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Changes in States of Matter

Teacher Page

This is the link to the STUDENT page that you will assign your students

In this lab, students will fill out a foldable on the three primary states of matter. Students will watch a video showing ice melting from a solid to a liquid and boiling from a liquid to a gas. Students will graph a heating curve for water. Students will answer questions about the experiment they observed, and the ideal heating curve for water. 

Learning Objectives:

  • Students will use data to generate a heating curve graph.
  • Observe the temperature at each phase change.

Teachers: Request an answer key for this virtual lab.  

Teachers: Please print the “States of Matter” foldable for students.

Printable: States of Matter foldable 

Instructions for teachers to guide students in completing the “States of Matter” foldable.  

Students will complete this foldable while watching the following video.


Now that students have completed the foldable over States of Matter, they will watch a video with a computer-generated heating curve as ice melts in a flask. Students should observe changes of temperature in degrees Celsius over time as the ice melts and the water boils.

Teachers: The questions below are included in the Google Doc of the student page. Additionally, there is a link to data for students to graph their heating curve in Question 1. Students can use the linked Jam Board to make their graph online.

Students: It’s your turn to try graphing the data collected during the experiment you just watched. The questions below will guide you through your next steps.


  1. Using the Student Data, complete the Heating Curve for Water Graph on the Jam Board.
  2. Be sure to title the graph and label the x-axis and y-axis to include units.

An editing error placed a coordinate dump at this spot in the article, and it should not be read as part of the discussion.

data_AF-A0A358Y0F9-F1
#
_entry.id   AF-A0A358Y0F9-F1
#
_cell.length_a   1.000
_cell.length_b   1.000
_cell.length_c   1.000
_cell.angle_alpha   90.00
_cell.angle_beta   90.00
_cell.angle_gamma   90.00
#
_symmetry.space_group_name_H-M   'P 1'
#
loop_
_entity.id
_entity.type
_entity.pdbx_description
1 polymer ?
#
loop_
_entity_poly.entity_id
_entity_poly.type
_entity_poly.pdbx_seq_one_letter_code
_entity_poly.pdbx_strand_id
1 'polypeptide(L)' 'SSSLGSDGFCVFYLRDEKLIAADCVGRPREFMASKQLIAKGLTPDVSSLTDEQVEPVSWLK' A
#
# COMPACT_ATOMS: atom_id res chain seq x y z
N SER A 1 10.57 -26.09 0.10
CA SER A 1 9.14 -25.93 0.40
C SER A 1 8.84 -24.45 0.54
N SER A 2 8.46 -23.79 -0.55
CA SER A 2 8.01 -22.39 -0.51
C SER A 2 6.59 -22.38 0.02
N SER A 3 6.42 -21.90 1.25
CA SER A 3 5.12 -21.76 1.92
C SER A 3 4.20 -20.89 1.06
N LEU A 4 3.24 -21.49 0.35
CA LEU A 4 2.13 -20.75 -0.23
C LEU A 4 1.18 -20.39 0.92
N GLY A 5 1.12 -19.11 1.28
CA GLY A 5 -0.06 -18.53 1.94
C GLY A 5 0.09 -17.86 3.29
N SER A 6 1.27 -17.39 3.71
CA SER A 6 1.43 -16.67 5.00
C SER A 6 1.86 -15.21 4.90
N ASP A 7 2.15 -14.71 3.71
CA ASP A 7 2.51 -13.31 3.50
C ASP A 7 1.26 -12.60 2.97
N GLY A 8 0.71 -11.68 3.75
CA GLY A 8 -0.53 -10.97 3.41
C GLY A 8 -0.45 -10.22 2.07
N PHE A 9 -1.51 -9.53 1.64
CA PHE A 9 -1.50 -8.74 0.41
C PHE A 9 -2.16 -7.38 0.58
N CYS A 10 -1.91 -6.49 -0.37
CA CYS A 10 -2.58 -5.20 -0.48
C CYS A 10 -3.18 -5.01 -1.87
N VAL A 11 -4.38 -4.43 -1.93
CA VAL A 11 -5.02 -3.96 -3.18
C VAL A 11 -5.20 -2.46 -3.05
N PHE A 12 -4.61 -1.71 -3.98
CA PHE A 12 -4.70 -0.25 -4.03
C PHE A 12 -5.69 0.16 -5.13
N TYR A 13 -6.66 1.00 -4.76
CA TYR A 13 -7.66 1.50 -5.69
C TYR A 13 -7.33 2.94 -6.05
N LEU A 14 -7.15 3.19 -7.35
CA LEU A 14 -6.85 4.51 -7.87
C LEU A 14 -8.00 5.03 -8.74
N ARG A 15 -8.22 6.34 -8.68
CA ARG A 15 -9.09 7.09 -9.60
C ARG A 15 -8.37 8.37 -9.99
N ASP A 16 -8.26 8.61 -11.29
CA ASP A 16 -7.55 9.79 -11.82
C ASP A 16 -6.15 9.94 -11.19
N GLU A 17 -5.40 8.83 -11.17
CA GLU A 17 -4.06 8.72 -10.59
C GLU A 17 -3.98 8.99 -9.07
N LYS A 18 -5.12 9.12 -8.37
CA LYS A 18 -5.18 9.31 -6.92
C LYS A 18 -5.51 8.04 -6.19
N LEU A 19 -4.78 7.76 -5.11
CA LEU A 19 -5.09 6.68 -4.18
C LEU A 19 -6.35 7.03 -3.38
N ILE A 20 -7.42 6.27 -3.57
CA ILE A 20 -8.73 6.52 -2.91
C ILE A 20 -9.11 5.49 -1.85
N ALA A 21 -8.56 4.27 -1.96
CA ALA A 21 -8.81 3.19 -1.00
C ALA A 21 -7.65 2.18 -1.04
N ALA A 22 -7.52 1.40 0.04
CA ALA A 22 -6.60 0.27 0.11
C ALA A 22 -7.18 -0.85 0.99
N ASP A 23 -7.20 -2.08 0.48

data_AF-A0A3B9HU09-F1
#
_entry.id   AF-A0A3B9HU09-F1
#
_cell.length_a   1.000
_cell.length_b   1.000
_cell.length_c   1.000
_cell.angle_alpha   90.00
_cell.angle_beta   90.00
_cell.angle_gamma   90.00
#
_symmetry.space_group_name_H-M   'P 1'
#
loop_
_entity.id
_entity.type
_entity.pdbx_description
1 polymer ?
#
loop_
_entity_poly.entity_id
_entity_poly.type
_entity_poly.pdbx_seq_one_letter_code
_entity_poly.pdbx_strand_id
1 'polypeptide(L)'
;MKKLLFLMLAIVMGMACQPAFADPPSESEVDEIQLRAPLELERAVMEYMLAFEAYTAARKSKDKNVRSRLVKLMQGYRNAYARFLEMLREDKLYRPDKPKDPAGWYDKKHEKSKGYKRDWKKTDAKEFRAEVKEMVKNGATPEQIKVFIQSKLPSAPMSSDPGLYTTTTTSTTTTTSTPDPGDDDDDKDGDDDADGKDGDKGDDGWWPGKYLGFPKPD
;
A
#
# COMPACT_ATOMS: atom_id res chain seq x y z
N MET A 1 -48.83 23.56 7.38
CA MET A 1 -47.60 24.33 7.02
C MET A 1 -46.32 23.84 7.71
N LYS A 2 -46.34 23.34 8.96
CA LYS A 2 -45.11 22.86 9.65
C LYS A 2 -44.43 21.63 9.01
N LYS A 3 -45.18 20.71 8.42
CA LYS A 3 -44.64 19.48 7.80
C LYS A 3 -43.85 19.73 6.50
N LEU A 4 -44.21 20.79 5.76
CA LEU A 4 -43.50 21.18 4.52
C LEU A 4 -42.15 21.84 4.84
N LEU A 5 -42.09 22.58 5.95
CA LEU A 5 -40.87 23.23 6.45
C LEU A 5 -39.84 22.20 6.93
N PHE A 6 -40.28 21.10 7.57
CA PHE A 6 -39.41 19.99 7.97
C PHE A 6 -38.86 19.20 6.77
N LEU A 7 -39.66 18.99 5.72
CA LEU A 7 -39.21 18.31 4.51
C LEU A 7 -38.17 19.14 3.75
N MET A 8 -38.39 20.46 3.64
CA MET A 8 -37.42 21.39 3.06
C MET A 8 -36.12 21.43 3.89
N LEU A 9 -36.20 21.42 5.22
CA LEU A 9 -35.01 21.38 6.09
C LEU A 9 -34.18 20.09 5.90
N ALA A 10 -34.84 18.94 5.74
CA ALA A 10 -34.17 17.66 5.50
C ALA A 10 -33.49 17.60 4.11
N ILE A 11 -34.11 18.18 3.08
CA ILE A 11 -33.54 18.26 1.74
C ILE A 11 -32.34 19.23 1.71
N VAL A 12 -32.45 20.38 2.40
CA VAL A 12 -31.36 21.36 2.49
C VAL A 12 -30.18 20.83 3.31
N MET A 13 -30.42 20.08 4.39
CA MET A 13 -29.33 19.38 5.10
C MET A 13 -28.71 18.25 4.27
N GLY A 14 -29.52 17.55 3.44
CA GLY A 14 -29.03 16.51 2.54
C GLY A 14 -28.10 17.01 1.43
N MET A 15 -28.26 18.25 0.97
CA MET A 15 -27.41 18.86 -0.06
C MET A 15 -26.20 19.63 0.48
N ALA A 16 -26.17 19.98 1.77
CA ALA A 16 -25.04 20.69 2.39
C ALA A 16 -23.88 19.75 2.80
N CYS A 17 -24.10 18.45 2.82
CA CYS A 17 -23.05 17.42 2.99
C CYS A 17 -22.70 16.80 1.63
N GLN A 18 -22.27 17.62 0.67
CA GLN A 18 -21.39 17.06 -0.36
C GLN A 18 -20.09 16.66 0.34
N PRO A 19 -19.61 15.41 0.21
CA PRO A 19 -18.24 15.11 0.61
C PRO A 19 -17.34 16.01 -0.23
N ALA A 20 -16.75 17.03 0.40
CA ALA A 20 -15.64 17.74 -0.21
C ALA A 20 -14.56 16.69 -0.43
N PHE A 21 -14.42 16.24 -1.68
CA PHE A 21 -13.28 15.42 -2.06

3. What is the boiling point for water on this graph?
  4. Why is the boiling point not 100 degrees Celsius?

Students: Now that you have graphed a heating curve on the Jam Board, you should view the following video to check your work. Then continue answering questions #5-17.


Continue answering questions #5-17: 

  1. Given a drawing of an ideal heating curve for water on a second Jam Board, label: solid, melting, liquid, boiling and gas.
  2. What is the correct temperature for the melting point of pure water in degrees Celsius?
  3. What is the correct temperature for the boiling point of pure water in degrees Celsius?
  4. Put an appropriate title on the graph.
  5. Label the y-axis.
  6. Label the x-axis.
  7. Put the temperature for the melting point of water on the y-axis.
  8. Put the temperature for the boiling point of water on the y-axis
  9. What is/are improvement/s that could be made to this experiment to get a realistic temperature for solid water? For the melting point?
  10. Why do you think there was a stopper on the flask?
  11. Why do you think the stopper came off of the flask?
  12. What could be done differently to speed up this experiment?
  13. What in the experiment surprised you about the change in temperature over time?



This lab was created with support from the Ren Research group at Purdue University with funding from the National Science Foundation grant NSF CHE 2102049.

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